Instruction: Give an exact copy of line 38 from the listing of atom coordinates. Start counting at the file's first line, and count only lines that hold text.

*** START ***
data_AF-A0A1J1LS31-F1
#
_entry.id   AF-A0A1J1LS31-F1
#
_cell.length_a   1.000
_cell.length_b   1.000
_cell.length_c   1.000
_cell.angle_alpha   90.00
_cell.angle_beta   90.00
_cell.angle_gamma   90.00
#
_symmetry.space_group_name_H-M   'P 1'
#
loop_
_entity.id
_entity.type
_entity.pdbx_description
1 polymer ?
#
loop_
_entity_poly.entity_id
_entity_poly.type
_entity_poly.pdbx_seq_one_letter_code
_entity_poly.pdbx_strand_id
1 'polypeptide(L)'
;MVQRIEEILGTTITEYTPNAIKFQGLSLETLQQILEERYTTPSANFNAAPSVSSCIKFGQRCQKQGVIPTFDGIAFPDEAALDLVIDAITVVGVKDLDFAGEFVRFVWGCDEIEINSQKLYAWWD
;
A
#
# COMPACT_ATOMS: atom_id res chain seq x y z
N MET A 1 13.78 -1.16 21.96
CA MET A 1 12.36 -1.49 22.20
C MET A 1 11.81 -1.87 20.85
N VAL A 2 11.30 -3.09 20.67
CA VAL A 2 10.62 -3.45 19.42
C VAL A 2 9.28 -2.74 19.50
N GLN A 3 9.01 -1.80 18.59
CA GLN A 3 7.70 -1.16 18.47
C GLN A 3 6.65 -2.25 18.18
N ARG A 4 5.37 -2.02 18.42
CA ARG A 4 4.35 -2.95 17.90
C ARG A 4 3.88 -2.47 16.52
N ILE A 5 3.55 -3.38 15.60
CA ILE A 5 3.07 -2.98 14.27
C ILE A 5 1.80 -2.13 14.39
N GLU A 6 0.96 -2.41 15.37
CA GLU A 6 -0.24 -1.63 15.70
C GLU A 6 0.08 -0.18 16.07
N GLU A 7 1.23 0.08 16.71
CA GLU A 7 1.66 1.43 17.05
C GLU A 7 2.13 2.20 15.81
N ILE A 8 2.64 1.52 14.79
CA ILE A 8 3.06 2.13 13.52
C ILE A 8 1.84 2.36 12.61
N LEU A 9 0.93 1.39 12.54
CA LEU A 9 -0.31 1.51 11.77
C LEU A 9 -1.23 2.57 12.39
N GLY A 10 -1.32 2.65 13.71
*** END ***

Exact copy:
CA GLN A 3 7.70 -1.16 18.47